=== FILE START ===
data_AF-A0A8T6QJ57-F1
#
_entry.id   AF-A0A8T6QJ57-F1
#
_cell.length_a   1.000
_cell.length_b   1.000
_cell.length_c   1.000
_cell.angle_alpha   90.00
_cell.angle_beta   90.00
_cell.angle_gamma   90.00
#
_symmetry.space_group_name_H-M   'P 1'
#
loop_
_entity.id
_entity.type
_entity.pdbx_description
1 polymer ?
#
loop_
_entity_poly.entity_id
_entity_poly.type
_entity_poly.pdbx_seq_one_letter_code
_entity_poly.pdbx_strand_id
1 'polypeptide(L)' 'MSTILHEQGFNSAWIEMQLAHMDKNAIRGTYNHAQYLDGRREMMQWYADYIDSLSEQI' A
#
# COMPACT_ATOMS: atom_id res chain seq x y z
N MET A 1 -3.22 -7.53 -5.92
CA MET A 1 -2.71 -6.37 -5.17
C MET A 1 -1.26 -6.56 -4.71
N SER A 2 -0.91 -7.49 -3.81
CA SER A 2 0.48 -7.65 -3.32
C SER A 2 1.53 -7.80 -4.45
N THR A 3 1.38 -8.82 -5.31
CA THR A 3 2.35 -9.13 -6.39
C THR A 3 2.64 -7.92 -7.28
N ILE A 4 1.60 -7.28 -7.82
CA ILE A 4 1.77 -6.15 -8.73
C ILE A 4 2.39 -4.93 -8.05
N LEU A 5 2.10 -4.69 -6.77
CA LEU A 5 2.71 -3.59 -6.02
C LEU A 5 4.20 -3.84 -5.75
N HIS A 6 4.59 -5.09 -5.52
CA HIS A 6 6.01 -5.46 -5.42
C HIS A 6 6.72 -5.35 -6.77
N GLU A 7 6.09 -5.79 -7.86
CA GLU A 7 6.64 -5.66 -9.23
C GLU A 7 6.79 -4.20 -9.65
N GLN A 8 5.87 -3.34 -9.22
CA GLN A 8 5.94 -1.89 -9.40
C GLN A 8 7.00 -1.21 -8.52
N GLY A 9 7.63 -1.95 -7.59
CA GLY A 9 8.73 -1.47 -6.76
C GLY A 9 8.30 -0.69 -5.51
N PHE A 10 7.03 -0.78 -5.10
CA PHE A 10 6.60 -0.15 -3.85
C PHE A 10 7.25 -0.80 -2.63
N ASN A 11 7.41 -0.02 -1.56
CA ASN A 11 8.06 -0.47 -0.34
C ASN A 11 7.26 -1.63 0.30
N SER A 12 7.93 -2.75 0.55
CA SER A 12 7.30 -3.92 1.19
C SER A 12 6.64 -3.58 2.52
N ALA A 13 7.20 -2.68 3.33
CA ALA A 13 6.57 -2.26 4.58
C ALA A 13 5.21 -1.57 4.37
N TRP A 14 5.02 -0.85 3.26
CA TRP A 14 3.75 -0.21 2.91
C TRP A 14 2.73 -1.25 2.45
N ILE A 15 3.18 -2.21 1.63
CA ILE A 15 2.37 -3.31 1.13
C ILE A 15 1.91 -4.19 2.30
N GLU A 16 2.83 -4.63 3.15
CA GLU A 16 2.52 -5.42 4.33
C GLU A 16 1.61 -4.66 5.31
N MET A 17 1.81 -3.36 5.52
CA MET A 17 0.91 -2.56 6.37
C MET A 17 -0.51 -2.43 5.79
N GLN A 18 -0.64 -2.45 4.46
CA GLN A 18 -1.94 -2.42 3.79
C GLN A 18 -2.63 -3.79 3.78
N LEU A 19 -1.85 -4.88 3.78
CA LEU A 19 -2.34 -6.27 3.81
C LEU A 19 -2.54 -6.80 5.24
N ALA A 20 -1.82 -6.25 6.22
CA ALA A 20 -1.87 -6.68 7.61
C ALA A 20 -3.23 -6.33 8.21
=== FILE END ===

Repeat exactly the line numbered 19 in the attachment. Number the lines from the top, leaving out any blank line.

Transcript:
#